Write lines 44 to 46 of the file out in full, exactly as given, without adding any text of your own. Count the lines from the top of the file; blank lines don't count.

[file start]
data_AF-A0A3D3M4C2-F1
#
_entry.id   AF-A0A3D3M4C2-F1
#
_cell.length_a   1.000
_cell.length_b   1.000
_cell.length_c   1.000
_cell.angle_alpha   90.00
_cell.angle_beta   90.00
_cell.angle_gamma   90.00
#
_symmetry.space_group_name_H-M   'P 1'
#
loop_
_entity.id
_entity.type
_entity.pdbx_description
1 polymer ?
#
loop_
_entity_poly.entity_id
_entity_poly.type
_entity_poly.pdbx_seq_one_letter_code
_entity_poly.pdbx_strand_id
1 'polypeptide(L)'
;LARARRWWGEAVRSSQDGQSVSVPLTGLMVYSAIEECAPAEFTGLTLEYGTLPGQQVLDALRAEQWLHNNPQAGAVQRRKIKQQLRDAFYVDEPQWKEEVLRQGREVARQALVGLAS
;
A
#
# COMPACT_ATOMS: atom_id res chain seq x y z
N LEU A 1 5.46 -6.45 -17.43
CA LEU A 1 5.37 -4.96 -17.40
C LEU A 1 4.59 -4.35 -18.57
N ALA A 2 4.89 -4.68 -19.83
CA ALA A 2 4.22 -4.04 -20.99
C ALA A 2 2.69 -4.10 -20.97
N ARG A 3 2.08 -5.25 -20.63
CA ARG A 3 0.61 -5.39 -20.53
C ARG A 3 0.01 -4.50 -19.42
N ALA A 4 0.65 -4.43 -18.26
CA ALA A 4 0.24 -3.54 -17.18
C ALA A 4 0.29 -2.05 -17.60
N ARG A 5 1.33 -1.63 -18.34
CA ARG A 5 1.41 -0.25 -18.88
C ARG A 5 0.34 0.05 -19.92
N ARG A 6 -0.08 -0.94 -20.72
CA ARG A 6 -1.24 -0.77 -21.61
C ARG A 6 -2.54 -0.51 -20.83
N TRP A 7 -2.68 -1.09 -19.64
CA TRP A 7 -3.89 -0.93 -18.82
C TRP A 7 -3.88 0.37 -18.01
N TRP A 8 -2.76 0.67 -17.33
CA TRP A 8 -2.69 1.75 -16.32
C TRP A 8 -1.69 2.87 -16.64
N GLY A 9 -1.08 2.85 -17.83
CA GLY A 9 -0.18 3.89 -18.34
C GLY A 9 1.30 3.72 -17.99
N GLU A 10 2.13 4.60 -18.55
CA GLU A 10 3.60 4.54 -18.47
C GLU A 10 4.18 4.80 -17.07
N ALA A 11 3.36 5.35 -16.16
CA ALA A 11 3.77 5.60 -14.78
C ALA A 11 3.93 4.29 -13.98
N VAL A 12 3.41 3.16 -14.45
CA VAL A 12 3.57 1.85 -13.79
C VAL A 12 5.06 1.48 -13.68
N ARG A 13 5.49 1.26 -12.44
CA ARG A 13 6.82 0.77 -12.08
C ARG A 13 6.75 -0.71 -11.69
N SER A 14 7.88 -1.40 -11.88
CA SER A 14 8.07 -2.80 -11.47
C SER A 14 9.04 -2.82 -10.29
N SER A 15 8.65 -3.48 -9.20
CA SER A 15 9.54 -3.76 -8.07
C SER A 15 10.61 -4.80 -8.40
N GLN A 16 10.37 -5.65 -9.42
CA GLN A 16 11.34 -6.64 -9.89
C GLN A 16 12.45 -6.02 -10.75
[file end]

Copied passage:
CA ARG A 5 1.41 -0.25 -18.88
C ARG A 5 0.34 0.05 -19.92
N ARG A 6 -0.08 -0.94 -20.72